“Industrial Agriculture, an Extraction Industry Like Fossil Fuels, a Growing Driver of Climate Change Industrial farming encourages practices that degrade the soil and increase emissions, while leaving farmers more vulnerable to damage as the planet warms.
By Georgina Gustin JAN 25, 2019
“On his farm in southwestern Iowa, Seth Watkins plants several different crops and raises cattle. He controls erosion and water pollution by leaving some land permanently covered in native grass. He grazes his cattle on pasture, and he sows cover crops to hold the fertile soil in place during the harsh Midwestern winters.
“Watkins’ farm is a patchwork of diversity—and his fields mark it as an outlier. His practices don’t sound radical, but Watkins is a bit of a renegade. He’s among a small contingent of farmers in the region who are holding out against a decades-long trend of consolidation and expansion in American agriculture.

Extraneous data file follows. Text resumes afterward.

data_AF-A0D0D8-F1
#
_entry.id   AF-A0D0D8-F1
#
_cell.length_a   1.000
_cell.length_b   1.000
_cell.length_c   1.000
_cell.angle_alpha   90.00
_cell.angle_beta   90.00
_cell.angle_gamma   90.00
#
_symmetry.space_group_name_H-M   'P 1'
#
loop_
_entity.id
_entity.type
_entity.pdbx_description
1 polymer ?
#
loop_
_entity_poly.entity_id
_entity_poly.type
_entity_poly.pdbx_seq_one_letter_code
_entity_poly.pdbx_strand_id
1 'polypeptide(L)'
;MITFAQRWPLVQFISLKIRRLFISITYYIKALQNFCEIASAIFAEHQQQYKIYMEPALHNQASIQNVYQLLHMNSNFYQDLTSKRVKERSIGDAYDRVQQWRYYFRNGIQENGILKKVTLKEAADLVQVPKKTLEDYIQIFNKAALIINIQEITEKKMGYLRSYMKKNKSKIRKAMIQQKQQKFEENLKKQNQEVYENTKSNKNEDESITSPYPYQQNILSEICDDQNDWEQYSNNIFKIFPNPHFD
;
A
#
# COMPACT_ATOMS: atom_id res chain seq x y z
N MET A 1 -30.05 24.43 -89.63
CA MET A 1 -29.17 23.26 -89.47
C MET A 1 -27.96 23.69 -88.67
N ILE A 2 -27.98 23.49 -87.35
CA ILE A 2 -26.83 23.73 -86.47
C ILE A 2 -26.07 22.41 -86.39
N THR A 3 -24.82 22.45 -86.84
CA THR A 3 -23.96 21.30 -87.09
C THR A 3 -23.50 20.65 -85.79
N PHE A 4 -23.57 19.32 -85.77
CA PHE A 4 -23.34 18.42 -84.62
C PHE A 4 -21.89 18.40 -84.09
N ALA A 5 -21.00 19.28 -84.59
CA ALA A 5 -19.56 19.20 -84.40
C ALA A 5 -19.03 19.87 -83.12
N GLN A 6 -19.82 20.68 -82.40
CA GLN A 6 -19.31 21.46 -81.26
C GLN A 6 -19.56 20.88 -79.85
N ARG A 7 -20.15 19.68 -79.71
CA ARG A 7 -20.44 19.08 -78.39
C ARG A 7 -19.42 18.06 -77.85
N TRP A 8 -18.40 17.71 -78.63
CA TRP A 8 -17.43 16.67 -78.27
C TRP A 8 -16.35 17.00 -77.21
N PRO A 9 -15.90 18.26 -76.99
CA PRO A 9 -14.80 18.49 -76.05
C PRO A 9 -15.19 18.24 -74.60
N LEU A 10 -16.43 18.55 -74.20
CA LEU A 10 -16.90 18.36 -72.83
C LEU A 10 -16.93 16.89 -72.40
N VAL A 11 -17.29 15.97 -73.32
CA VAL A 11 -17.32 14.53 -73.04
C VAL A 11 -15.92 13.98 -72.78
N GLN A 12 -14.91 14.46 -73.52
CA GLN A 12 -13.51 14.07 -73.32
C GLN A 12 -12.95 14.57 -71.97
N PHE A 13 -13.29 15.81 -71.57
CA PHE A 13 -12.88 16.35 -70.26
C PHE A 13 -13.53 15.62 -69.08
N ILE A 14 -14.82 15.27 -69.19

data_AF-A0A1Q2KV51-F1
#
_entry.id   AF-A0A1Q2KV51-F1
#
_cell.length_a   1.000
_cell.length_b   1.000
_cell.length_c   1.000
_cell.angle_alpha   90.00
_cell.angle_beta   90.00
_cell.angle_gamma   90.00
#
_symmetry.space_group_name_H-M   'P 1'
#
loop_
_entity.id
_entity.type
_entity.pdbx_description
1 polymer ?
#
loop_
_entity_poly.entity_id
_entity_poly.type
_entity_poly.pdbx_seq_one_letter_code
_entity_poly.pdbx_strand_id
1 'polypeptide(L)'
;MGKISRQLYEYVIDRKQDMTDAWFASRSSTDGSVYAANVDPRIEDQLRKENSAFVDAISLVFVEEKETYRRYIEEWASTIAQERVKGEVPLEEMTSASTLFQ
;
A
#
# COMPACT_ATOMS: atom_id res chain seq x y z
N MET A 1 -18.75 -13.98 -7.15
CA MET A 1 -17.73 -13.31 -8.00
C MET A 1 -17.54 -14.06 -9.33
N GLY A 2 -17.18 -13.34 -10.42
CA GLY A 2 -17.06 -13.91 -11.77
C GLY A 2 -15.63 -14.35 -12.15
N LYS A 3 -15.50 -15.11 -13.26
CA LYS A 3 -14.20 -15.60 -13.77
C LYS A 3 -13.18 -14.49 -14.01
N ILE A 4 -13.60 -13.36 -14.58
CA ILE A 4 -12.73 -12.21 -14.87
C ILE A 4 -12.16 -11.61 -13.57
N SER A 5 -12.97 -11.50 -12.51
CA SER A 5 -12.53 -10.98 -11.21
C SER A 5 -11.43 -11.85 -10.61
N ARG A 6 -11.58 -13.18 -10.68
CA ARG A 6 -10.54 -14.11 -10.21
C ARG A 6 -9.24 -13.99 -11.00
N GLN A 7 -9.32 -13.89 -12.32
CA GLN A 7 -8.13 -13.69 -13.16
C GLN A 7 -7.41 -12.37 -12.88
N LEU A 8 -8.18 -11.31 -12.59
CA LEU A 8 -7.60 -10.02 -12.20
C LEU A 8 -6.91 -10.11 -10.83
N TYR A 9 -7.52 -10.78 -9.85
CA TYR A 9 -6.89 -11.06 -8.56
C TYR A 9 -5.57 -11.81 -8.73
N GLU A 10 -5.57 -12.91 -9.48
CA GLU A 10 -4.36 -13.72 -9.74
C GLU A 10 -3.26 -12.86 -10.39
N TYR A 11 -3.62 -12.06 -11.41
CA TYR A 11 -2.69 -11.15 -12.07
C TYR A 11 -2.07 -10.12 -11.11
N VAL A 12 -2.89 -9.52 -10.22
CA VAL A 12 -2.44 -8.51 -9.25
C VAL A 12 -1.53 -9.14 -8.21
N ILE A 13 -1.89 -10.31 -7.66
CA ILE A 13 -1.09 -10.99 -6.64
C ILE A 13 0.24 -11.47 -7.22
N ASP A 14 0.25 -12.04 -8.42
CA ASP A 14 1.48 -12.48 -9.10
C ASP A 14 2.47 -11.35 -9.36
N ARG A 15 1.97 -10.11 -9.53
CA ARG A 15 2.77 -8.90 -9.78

“Watkins does this in part because he farms with climate change in mind.
“I can see the impact of the changing climate,” he said. “I know, in the immediate, I’ve got to manage the issue. In the long term, it means doing something to slow down the problem.”
“But for several decades, ever-bigger and less-varied farms have overtaken diversified operations like his, replacing them with industrialized row crops or gigantic impoundments of cattle, hogs and chickens.
“This trend is a central reason why American agriculture has failed to deal with climate change, a crisis that has been made worse by large-scale farming practices even as it afflicts farmers themselves.
“Consolidation has swallowed smaller farms, bolstering a financial and regulatory status quo that has thwarted the kind of climate-friendly approach Watkins and his fellow outliers employ.
“I don’t think any of us wants to get bigger,” Watkins mused. “It’s just the curse of a commodity business. We made all the focus on production, and all the economics, the subsidies, are tied to production. We have a production-focused agriculture policy…”